This raises some other interesting questions. In an age where we record every aspect of our life on social media, it is easy to get an idea of someone’s personal activities from simply looking at their Twitter feed or Facebook profile. And a CFO willing to bend the rules is going to have an impact throughout the function. In an interview last year with Fraud Magazine, disgraced former Enron CFO Andy Fastow cited corporate culture as a major contributing factor for the illegal practices that led to the company’s bankruptcy and the imprisonment of several of its senior management, including him. When asked what the tone at the top was like, he noted that:

‘I think it was a bad corporate culture. People were incentivized to do the wrong things, and senior management, including myself, set very bad examples by the decisions we were making. At Enron, we had the best mission statement and code of conduct and all those things that look great. We had a great human resourcing department that churned this stuff out, but we had an incentive system that incentivized people to do transactions that were good for financial reporting purposes but bad for the long-term value of the company. And we had senior executives, like myself, who were doing deals that sent a bad ethical message.

So, you could tell people to be ethical, have beautifully written statements about company values and all that, but you have a CFO who does a deal that's intentionally misleading to the outside world. You have to remember we hired the brightest, most ambitious young people, and they were smart enough to figure out what the CFO just did. And so, despite your corporate code of conduct and your code of ethics, those people saw that this guy became CFO, and he is incredibly misleading. So they decide, ‘I’m going to be misleading. I will be misleading to the people I work with and to my customers.’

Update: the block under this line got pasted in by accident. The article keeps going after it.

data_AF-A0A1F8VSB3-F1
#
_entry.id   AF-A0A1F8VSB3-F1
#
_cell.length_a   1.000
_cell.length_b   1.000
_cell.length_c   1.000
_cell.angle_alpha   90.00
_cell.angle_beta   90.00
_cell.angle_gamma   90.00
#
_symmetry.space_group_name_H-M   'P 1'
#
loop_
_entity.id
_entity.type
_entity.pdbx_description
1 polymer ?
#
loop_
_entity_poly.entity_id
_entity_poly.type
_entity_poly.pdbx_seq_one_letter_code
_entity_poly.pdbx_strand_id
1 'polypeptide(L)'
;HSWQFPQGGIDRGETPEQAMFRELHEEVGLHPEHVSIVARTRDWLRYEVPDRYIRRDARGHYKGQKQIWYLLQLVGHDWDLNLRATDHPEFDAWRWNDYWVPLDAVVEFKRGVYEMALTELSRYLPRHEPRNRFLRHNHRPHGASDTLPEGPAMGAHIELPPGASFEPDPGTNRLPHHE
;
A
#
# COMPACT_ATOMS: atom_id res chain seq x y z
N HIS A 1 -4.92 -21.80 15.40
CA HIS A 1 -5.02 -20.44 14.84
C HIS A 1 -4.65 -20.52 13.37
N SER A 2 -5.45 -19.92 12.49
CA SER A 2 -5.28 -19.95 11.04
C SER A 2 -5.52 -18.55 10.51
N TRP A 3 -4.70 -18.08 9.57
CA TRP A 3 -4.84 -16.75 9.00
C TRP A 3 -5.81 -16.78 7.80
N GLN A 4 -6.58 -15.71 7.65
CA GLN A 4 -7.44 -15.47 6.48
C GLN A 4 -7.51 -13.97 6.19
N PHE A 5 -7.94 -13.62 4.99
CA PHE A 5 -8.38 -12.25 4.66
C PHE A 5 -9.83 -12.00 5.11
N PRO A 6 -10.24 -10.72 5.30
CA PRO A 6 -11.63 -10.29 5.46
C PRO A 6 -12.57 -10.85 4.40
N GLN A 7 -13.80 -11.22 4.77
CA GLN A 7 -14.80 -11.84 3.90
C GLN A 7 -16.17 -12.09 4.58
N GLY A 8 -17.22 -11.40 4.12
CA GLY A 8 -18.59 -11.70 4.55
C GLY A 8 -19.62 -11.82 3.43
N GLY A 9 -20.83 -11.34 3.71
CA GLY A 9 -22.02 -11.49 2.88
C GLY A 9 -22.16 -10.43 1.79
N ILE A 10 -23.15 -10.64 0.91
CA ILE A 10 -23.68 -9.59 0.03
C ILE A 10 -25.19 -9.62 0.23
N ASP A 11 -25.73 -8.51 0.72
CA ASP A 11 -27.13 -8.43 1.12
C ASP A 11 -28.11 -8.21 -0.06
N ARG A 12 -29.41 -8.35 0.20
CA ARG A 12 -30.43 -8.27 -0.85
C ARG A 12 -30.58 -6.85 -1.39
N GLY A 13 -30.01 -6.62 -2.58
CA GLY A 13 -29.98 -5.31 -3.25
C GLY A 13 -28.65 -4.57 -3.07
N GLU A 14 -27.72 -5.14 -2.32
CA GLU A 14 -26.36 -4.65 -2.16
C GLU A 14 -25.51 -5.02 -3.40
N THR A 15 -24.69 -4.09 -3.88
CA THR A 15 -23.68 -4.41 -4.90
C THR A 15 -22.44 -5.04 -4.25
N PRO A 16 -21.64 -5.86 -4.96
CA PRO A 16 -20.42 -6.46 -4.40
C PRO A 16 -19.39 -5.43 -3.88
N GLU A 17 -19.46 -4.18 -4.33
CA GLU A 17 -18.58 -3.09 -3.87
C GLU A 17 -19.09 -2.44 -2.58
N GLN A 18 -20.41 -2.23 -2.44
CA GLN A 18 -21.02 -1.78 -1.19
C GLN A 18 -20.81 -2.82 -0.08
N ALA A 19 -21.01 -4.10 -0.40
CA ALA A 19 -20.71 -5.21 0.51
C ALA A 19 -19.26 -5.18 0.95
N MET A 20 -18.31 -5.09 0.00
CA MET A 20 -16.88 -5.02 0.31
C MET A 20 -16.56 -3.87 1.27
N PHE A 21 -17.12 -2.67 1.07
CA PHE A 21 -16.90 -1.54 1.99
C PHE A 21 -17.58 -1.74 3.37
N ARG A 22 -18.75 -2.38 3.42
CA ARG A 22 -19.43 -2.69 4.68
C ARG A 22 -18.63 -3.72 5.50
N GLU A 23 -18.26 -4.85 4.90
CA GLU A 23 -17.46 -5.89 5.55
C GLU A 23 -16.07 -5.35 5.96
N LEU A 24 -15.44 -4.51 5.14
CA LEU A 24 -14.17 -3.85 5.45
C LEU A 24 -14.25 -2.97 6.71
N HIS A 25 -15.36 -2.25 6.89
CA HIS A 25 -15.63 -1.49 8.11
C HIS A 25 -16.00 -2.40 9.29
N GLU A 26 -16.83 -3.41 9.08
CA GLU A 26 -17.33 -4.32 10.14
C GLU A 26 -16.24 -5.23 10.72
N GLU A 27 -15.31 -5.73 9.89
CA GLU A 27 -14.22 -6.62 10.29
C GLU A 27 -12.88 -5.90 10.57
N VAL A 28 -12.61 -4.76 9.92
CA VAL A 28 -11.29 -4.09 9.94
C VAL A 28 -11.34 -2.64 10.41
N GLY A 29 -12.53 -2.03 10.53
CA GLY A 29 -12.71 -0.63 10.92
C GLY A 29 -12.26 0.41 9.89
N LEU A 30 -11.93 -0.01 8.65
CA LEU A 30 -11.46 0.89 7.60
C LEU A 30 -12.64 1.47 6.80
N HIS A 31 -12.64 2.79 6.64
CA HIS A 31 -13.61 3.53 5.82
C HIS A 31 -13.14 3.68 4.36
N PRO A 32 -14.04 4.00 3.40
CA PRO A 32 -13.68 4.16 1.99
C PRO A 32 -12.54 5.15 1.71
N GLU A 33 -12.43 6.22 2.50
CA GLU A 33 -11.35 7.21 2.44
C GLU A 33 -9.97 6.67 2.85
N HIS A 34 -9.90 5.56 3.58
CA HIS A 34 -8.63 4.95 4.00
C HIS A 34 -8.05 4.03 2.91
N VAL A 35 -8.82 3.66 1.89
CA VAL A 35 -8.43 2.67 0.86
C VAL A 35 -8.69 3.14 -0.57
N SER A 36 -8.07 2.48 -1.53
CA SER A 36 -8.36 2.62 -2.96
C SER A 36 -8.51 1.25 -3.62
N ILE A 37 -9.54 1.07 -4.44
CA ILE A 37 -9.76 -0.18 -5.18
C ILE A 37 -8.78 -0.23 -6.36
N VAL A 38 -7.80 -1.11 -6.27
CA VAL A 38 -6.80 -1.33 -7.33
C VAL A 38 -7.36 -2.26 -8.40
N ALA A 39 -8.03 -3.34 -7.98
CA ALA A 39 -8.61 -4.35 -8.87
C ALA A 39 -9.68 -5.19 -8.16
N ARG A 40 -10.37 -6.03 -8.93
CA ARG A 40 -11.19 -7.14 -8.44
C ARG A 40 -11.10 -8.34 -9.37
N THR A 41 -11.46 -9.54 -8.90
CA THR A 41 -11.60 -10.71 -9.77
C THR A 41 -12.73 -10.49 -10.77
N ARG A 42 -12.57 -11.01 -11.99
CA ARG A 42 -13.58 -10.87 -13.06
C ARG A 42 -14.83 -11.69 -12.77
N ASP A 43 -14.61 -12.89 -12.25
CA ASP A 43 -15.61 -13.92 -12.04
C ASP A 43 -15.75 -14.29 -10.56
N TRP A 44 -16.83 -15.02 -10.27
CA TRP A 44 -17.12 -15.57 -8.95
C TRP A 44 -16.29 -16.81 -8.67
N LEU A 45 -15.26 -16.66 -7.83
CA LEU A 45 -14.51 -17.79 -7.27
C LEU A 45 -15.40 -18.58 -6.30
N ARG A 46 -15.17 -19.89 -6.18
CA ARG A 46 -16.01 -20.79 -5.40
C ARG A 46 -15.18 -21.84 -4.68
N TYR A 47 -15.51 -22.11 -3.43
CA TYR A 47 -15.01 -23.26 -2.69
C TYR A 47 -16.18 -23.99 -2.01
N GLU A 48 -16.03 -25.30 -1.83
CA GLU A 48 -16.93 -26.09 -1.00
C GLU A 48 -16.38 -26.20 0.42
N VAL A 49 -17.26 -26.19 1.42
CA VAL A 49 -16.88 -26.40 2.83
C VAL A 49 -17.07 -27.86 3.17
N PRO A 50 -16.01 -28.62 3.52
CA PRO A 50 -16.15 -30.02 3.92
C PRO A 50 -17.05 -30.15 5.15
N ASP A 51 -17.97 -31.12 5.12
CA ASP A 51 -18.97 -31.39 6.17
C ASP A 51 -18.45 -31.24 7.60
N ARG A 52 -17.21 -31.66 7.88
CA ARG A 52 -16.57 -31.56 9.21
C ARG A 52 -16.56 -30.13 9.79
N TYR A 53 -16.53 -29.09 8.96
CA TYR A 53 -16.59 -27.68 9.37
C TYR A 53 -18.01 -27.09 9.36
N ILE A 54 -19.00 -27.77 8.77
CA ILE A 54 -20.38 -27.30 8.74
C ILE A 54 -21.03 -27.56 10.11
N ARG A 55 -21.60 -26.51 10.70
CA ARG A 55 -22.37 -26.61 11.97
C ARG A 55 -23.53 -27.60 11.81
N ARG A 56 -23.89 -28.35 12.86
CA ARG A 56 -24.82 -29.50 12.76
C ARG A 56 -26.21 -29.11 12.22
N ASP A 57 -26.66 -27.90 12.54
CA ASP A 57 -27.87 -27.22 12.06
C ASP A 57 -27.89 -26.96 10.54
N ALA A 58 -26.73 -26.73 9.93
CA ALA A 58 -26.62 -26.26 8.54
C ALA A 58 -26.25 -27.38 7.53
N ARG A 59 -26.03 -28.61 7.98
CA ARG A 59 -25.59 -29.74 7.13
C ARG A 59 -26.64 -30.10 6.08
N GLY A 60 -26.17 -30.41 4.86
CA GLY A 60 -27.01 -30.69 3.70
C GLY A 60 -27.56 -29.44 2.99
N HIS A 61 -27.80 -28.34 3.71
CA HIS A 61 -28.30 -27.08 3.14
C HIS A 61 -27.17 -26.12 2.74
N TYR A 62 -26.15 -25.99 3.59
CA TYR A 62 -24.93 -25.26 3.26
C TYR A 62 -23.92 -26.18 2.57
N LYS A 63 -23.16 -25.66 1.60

So, what the top does is very important, and they should assume that the people who work for them are smarter than they really believe. It's like every generation doesn't realize their kids are a lot smarter than they are, and can outsmart them whenever they want, and top management should understand that their employees see right through them.’

Enron is an excellent example of senior managers who took risks in their private life taking huge, often criminal, gambles at work. The company was notorious for its getaways, with Alex Gibney’s excellent documentary, ‘The Smartest Guys In The Room’ showing employees led by the CEO partaking in extreme sports and frequenting strip clubs.

CFOs operating in today’s business environment may need to take more risks, but it is an incredibly fine line, especially with so much regulation now tying up the finance function. It is up to companies to establish their own comfort level when it comes to investigating the personal life of candidates and employees, and it could be argued that the actions of a few bad apples does not mean so many should have their privacy invaded. However, the damage done can be devastating, as it was with Enron, and if a person’s personal life really does reveal so much about how they are likely to behave at work, can you afford not to look into it?